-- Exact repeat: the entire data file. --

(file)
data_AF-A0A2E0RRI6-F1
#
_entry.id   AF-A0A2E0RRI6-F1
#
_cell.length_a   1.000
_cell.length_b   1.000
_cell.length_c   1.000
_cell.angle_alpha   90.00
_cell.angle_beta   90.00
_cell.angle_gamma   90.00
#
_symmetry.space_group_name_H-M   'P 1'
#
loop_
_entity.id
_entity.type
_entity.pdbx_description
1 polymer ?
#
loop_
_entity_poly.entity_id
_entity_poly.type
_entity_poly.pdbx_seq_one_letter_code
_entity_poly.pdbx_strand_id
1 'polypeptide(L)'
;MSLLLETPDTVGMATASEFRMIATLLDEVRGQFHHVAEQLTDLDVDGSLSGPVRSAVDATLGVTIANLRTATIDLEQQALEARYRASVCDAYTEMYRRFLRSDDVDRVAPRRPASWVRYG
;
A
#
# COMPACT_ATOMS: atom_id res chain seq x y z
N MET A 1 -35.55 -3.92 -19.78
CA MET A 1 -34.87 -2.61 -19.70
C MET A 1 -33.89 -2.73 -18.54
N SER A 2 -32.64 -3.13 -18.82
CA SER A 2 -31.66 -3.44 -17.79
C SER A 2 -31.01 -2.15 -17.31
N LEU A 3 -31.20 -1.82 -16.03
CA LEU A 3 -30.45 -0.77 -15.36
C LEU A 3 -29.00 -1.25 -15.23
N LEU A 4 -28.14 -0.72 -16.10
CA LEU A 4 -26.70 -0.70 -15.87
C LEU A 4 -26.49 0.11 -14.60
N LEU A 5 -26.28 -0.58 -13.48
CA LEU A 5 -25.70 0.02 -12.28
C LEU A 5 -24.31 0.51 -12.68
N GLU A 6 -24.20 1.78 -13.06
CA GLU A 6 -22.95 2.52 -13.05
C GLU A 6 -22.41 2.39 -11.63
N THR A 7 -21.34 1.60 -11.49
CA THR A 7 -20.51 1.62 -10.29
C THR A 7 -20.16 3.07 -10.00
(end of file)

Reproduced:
data_AF-A0A2E0RRI6-F1
#
_entry.id   AF-A0A2E0RRI6-F1
#
_cell.length_a   1.000
_cell.length_b   1.000
_cell.length_c   1.000
_cell.angle_alpha   90.00
_cell.angle_beta   90.00
_cell.angle_gamma   90.00
#
_symmetry.space_group_name_H-M   'P 1'
#
loop_
_entity.id
_entity.type
_entity.pdbx_description
1 polymer ?
#
loop_
_entity_poly.entity_id
_entity_poly.type
_entity_poly.pdbx_seq_one_letter_code
_entity_poly.pdbx_strand_id
1 'polypeptide(L)'
;MSLLLETPDTVGMATASEFRMIATLLDEVRGQFHHVAEQLTDLDVDGSLSGPVRSAVDATLGVTIANLRTATIDLEQQALEARYRASVCDAYTEMYRRFLRSDDVDRVAPRRPASWVRYG
;
A
#
# COMPACT_ATOMS: atom_id res chain seq x y z
N MET A 1 -35.55 -3.92 -19.78
CA MET A 1 -34.87 -2.61 -19.70
C MET A 1 -33.89 -2.73 -18.54
N SER A 2 -32.64 -3.13 -18.82
CA SER A 2 -31.66 -3.44 -17.79
C SER A 2 -31.01 -2.15 -17.31
N LEU A 3 -31.20 -1.82 -16.03
CA LEU A 3 -30.45 -0.77 -15.36
C LEU A 3 -29.00 -1.25 -15.23
N LEU A 4 -28.14 -0.72 -16.10
CA LEU A 4 -26.70 -0.70 -15.87
C LEU A 4 -26.49 0.11 -14.60
N LEU A 5 -26.28 -0.58 -13.48
CA LEU A 5 -25.70 0.02 -12.28
C LEU A 5 -24.31 0.51 -12.68
N GLU A 6 -24.20 1.78 -13.06
CA GLU A 6 -22.95 2.52 -13.05
C GLU A 6 -22.41 2.39 -11.63
N THR A 7 -21.34 1.60 -11.49
CA THR A 7 -20.51 1.62 -10.29
C THR A 7 -20.16 3.07 -10.00